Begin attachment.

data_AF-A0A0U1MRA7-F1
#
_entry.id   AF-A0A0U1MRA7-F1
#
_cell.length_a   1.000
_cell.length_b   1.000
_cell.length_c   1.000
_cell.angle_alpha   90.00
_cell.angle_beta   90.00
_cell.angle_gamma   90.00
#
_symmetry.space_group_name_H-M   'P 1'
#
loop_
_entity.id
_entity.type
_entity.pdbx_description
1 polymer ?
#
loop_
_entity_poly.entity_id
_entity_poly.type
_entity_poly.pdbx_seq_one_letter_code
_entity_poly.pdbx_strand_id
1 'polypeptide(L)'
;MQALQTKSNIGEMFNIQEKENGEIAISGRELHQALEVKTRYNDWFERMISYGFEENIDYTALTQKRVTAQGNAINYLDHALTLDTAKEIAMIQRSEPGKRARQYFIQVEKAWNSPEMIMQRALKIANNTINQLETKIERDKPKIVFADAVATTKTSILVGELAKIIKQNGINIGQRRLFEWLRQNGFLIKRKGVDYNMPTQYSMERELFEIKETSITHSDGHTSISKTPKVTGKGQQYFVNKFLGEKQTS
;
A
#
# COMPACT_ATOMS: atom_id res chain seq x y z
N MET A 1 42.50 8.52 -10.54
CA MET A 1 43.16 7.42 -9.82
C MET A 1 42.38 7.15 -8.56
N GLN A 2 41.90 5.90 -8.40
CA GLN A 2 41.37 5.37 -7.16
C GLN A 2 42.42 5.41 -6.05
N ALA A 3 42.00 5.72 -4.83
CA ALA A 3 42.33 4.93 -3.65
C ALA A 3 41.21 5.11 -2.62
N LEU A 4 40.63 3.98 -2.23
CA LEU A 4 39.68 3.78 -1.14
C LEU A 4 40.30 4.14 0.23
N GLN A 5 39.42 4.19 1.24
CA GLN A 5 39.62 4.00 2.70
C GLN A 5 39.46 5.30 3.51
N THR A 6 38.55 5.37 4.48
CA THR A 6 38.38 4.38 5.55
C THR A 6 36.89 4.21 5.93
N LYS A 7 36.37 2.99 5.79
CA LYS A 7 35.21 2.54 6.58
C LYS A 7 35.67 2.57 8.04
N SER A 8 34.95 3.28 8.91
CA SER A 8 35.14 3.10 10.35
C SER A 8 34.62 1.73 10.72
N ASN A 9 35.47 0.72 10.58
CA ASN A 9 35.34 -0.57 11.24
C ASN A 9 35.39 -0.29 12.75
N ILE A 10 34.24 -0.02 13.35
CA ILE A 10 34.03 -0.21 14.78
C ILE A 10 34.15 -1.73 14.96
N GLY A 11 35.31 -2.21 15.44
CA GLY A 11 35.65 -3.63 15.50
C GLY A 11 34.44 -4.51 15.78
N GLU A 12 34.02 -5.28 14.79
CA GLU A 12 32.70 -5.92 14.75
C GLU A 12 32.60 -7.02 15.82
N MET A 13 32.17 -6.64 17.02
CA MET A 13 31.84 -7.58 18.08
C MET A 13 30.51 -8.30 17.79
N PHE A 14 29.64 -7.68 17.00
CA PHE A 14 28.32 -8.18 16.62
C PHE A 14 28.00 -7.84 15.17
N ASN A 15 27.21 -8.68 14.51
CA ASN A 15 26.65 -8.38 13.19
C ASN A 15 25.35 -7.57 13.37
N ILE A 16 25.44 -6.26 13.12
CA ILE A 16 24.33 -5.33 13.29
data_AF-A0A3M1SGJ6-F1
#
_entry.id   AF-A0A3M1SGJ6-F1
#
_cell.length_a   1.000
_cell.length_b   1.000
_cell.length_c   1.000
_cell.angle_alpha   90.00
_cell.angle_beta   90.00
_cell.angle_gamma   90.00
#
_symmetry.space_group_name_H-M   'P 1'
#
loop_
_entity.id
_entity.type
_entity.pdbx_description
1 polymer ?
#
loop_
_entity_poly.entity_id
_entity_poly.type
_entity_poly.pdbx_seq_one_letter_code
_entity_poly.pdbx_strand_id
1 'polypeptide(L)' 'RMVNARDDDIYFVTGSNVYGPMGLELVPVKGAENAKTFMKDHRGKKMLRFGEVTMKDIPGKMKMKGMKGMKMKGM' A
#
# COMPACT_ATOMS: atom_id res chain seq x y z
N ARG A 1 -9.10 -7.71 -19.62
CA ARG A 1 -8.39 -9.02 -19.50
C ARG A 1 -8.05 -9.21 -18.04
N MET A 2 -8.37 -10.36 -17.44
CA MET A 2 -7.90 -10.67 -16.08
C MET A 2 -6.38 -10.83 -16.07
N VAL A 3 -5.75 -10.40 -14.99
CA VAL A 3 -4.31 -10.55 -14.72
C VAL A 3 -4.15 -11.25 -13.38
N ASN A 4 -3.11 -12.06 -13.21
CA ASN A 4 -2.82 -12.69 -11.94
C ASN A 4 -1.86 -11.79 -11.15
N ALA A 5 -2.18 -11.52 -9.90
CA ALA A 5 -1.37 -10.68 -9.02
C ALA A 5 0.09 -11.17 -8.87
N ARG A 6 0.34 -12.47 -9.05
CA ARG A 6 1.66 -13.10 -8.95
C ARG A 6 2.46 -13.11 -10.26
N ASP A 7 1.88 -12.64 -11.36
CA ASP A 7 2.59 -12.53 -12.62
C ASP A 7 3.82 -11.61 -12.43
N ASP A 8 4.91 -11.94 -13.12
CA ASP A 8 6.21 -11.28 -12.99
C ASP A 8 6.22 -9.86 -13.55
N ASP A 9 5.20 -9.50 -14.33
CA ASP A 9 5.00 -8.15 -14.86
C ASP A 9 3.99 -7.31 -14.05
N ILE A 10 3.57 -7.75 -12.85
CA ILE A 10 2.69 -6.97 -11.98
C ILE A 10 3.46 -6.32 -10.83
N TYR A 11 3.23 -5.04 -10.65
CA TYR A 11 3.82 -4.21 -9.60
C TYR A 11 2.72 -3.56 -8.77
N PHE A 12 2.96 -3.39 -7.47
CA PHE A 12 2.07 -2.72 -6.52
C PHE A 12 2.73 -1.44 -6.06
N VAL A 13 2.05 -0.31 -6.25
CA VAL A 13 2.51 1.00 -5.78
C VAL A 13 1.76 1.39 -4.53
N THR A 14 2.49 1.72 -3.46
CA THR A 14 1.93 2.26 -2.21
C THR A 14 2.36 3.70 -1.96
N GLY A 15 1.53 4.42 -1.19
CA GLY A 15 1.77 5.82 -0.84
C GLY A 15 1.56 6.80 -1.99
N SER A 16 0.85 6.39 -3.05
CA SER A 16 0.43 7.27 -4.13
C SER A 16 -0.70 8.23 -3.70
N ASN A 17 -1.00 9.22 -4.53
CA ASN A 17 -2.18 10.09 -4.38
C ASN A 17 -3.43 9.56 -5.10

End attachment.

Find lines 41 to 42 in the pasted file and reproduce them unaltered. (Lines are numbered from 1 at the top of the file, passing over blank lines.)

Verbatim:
CA LEU A 4 39.68 3.78 -1.14
C LEU A 4 40.30 4.14 0.23